Here, then, is the singular consolation which we derive from the Supper. It directs and leads us to the cross of Jesus Christ and to his resurrection, to certify to us that whatever iniquity there may be in us, the Lord nevertheless recognizes and accepts us as righteous — whatever materials of death may be in us, he nevertheless gives us life — whatever misery may be in us, he nevertheless fills us with all felicity. Or to explain the matter more simply — as in ourselves we are devoid of all good, and have not one particle of what might help procure salvation, the Supper is an attestation that, having been made partakers of the death and passion of Jesus Christ, we have every thing that is useful and salutary to us.
We can therefore say, that in it the Lord displays to us all the treasures of his spiritual grace, inasmuch he associates us in all the blessings and riches of our Lord Jesus. Let us recollect, then, that the Supper is given us as a mirror in which we may contemplate Jesus Christ crucified in order to deliver us from condemnation, and raised again in order to procure for us righteousness and eternal life. It is indeed true that this same grace is offered us by the gospel, yet as in the Supper we have more ample certainty, and fuller enjoyment of it, with good cause do we recognize this fruit coming from it.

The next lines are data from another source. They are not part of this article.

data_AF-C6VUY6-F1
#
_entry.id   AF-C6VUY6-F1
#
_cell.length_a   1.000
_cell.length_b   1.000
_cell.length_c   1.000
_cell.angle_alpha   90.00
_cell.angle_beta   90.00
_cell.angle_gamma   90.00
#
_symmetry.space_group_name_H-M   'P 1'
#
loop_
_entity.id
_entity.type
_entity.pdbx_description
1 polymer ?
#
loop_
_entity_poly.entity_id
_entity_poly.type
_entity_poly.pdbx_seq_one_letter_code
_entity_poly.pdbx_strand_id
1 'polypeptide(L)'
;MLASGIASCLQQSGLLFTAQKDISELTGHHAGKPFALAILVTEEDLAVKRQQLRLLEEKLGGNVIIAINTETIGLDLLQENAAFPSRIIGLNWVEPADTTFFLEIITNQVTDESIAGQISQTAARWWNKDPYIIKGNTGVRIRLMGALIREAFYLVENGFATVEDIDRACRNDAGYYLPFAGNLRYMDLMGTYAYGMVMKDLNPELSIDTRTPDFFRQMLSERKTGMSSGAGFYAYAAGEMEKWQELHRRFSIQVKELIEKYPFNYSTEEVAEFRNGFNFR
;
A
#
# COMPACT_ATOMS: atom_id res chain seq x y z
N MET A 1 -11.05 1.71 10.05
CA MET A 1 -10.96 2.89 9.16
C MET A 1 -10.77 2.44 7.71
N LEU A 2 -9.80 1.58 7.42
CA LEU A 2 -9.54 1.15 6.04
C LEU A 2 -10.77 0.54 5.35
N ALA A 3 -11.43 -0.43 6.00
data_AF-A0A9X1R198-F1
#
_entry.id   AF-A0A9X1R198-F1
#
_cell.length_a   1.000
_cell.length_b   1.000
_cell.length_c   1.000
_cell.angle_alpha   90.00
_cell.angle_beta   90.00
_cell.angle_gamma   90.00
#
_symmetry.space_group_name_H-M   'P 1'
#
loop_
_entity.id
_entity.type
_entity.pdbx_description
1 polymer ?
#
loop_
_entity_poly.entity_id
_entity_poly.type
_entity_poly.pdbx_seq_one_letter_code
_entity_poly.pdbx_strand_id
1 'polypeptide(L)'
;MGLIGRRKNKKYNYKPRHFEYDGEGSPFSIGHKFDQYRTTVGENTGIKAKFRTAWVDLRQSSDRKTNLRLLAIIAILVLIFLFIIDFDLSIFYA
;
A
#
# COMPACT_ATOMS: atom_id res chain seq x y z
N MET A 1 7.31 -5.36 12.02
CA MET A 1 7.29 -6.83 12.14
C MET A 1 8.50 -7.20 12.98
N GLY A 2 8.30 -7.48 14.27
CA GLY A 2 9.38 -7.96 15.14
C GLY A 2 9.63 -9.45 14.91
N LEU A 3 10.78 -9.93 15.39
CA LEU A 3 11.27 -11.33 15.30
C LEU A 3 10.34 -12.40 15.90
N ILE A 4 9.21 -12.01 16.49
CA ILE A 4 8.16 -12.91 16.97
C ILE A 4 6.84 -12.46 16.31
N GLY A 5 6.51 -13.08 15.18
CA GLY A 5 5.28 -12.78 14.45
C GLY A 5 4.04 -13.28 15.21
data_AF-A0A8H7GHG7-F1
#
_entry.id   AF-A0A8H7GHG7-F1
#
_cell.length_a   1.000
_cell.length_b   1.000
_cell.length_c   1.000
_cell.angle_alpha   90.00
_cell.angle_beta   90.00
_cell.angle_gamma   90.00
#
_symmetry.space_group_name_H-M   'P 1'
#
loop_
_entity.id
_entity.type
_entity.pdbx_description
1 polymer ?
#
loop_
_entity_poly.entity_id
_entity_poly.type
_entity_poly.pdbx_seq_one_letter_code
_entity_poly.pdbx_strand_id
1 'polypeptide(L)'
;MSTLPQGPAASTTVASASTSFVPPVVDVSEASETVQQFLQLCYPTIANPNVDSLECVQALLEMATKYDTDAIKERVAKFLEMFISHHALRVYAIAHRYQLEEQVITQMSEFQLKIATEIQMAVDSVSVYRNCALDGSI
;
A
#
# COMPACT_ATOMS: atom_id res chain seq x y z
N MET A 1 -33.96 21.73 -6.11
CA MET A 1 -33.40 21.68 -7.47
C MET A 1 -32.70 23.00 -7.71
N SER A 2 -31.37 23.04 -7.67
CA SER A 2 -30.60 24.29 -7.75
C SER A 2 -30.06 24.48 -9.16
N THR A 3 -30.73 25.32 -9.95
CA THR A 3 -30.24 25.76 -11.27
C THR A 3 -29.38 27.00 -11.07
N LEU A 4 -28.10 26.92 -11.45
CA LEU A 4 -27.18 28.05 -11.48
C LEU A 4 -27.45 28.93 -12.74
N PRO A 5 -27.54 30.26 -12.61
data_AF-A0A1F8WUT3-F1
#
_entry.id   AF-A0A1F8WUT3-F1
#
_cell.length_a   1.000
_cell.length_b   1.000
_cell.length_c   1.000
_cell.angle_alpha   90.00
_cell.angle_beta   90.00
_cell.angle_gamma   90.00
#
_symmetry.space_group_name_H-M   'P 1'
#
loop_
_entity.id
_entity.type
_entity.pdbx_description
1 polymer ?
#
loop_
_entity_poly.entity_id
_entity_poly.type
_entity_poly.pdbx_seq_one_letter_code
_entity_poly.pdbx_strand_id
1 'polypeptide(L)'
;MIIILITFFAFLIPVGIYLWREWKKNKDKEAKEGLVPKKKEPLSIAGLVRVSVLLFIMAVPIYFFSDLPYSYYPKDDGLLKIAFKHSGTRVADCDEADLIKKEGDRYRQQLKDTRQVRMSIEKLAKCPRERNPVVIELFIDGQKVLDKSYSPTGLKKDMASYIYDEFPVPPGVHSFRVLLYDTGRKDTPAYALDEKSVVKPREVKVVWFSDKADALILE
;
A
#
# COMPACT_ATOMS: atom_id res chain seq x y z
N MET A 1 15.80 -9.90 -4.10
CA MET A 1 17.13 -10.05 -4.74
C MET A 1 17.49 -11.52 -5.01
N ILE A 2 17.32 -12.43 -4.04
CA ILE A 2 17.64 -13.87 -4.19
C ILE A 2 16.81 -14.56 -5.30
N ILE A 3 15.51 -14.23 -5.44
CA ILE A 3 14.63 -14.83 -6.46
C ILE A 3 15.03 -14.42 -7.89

— John Calvin, Short Treatise on the Holy Supper of Our Lord Jesus Christ, 1540.